Lozen was not one of the lucky ones pre-C, but fate has given her a unique set of survival skills and magical abilities. She hunts monsters for the Ones who survived the apocalyptic events of the Cloud, which ensures the safety of her kidnapped family. But with every monster she takes down, Lozen’s powers grow, and she connects those powers to an ancient legend of her people. It soon becomes clear to Lozen that she is not just a hired gun. As the legendary Killer of Enemies was in the ancient days of the Apache people, Lozen is meant to be a more than a hunter. Lozen is meant to be a hero.

Court of Fives by Kate Elliott

On the Fives court, everyone is equal.

And everyone is dangerous.

Jessamy’s life is a balance between acting like an upper-class Patron and dreaming of the freedom of the Commoners. But away from her family, she can be whomever she wants when she sneaks out to train for the Fives, an intricate, multilevel athletic competition that offers a chance for glory to the kingdom’s best competitors.

Then Jes meets Kalliarkos, and an improbable friendship between the two Fives competitors—one of mixed race and the other a Patron boy—causes heads to turn. When Kal’s powerful, scheming uncle tears Jes’s family apart, she’ll have to test her new friend’s loyalty and risk the vengeance of a royal clan to save her mother and sisters from certain death.

In this imaginative escape into an enthralling new world, World Fantasy Award finalist Kate Elliott’s first young adult novel weaves an epic story of a girl struggling to do what she loves in a society suffocated by rules of class and privilege.

Shadowshaper by Daniel Jose Older

Sierra Santiago was looking forward to a fun summer of making art, hanging out with her friends, and skating around Brooklyn. But then a weird zombie guy crashes the first party of the season. Sierra’s near-comatose abuelo begins to say “Lo siento” over and over. And when the graffiti murals in Bed-Stuy start to weep…. Well, something stranger than the usual New York mayhem is going on.

Sierra soon discovers a supernatural order called the Shadowshapers, who connect with spirits via paintings, music, and stories. Her grandfather once shared the order’s secrets with an anthropologist, Dr. Jonathan Wick, who turned the Caribbean magic to his own foul ends. Now Wick wants to become the ultimate Shadowshaper by killing all the others, one by one. With the help of her friends and the hot graffiti artist Robbie, Sierra must dodge Wick’s supernatural creations, harness her own Shadowshaping abilities, and save her family’s past, present, and future.

Ember in the Ashes by Sabaa Tahir

Laia is a slave. Elias is a soldier. Neither is free.

Under the Martial Empire, defiance is met with death. Those who do not vow their blood and bodies to the Emperor risk the execution of their loved ones and the destruction of all they hold dear.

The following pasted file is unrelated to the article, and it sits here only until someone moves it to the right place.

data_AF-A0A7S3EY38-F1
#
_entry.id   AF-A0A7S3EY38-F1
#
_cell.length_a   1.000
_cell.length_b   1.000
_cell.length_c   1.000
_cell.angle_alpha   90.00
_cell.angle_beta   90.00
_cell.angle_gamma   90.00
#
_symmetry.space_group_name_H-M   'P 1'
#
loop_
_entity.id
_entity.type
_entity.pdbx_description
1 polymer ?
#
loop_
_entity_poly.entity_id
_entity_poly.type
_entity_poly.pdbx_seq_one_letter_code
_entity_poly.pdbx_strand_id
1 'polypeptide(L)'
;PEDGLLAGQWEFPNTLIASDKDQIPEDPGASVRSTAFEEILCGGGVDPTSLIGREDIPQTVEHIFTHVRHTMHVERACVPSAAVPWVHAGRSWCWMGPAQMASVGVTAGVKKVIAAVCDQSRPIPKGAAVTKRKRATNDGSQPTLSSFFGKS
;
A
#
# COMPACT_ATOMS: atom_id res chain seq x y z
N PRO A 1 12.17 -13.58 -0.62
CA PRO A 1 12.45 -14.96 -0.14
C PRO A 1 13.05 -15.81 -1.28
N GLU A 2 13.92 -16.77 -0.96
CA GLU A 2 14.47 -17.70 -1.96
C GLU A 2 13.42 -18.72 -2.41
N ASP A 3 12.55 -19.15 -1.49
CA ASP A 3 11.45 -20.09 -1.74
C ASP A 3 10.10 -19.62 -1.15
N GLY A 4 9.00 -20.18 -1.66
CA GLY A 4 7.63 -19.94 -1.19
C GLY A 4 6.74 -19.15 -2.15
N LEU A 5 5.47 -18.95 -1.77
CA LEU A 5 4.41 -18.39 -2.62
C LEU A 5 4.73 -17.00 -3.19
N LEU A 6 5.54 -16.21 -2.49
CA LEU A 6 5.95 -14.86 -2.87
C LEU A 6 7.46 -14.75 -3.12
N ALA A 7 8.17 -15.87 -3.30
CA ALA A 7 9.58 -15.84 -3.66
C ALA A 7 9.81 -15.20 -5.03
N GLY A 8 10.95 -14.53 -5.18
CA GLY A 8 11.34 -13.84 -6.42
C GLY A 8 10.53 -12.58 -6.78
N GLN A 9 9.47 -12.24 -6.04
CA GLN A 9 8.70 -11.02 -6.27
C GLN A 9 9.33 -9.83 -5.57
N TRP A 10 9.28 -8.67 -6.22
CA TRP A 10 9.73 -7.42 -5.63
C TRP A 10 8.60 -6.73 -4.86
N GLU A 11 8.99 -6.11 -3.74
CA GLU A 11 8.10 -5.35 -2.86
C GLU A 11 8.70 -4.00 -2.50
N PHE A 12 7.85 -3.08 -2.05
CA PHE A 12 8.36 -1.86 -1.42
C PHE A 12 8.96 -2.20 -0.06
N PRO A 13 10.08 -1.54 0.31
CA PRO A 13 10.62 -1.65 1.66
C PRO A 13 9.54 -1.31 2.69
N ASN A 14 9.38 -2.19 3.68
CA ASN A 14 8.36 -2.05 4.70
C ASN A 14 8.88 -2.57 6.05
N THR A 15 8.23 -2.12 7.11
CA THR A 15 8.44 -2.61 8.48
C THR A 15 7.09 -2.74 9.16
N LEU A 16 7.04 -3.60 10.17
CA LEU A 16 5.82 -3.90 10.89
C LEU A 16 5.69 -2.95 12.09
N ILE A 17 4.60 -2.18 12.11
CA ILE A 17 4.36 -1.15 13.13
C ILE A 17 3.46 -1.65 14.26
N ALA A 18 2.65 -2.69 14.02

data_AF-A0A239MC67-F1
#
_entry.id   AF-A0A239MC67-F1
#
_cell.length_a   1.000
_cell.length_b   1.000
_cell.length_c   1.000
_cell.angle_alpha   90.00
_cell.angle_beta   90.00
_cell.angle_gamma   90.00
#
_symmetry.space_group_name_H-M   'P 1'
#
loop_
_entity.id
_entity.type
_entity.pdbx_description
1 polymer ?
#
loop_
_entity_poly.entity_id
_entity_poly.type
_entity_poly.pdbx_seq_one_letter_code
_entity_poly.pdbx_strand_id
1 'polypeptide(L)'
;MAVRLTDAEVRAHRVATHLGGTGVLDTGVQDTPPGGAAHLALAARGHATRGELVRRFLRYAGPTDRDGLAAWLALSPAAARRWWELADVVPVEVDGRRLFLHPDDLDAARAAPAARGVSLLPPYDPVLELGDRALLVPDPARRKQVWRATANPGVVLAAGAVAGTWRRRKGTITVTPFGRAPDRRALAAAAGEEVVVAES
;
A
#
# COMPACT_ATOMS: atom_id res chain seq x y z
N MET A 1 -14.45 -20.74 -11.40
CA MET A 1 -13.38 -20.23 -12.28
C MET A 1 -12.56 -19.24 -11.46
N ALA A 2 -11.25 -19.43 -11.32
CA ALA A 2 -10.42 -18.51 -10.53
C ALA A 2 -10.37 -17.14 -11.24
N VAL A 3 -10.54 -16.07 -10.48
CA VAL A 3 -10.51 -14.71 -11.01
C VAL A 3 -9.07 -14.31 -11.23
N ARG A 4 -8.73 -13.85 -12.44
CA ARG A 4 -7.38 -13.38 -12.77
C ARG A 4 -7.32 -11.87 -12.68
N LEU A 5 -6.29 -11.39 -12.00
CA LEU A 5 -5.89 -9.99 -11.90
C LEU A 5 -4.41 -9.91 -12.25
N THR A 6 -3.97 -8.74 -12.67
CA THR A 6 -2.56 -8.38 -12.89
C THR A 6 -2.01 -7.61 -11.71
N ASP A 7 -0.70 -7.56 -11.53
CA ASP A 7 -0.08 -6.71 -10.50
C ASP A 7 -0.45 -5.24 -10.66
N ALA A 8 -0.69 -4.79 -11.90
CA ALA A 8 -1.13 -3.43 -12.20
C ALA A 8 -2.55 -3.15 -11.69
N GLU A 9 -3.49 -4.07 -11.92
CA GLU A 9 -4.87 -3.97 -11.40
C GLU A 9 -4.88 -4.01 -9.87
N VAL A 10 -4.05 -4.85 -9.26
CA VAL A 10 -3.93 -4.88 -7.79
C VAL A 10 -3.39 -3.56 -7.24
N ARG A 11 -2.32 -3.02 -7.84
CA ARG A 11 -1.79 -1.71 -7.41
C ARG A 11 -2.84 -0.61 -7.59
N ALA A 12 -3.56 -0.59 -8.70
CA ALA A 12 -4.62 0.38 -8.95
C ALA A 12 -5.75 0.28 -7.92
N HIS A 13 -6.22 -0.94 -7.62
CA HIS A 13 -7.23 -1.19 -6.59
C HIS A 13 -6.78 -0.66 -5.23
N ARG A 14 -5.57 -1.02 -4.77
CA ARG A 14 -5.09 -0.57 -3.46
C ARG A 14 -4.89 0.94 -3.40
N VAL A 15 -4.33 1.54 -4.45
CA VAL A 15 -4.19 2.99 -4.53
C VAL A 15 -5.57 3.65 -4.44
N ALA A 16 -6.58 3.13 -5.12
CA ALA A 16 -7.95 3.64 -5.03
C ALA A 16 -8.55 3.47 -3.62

It is in this brutal world, inspired by ancient Rome, that Laia lives with her grandparents and older brother. The family ekes out an existence in the Empire’s impoverished backstreets. They do not challenge the Empire. They’ve seen what happens to those who do.

But when Laia’s brother is arrested for treason, Laia is forced to make a decision. In exchange for help from rebels who promise to rescue her brother, she will risk her life to spy for them from within the Empire’s greatest military academy.

There, Laia meets Elias, the school’s finest soldier—and secretly, its most unwilling. Elias wants only to be free of the tyranny he’s being trained to enforce. He and Laia will soon realize that their destinies are intertwined—and that their choices will change the fate of the Empire itself.

New Releases

You Don't Know Me But I Know You Happy early book birthday to You Don’t Know Me but I Know You! What’s on your to-read list this week?

You Don’t Know Me but I Know You by Rebecca Barrow
HarperTeen

There’s a box in the back of Audrey’s closet that she rarely thinks about. Inside is a letter, seventeen years old, from a mother she’s never met, handed to her by the woman she’s called Mom her whole life.

Being adopted, though, is just one piece in the puzzle of Audrey’s life—the picture painstakingly put together by Audrey herself, consisting not only of the greatest family ever but of a snarky, loyal, sometimes infuriating best friend, Rose; a sweet, smart musician boyfriend, Julian; and a beloved camera that turns the most fleeting moments of her day-to-day routine into precious, permanent memories.

But when Audrey realizes that she’s pregnant, she feels something—a tightly sealed box in the closet corners of her heart—crack open, spilling her dormant fears and unanswered questions all over the life she loves. Almost two decades ago, a girl in Audrey’s situation made a choice, one that started Audrey’s entire story. Now Audrey is paralyzed by her own what-ifs and terrified by the distance she feels growing between her and Rose. Down every possible path is a different unfamiliar version of her life, and as she weighs the options in her mind, she starts to wonder—what does it even mean to be Audrey Spencer? [Image and summary via Goodreads]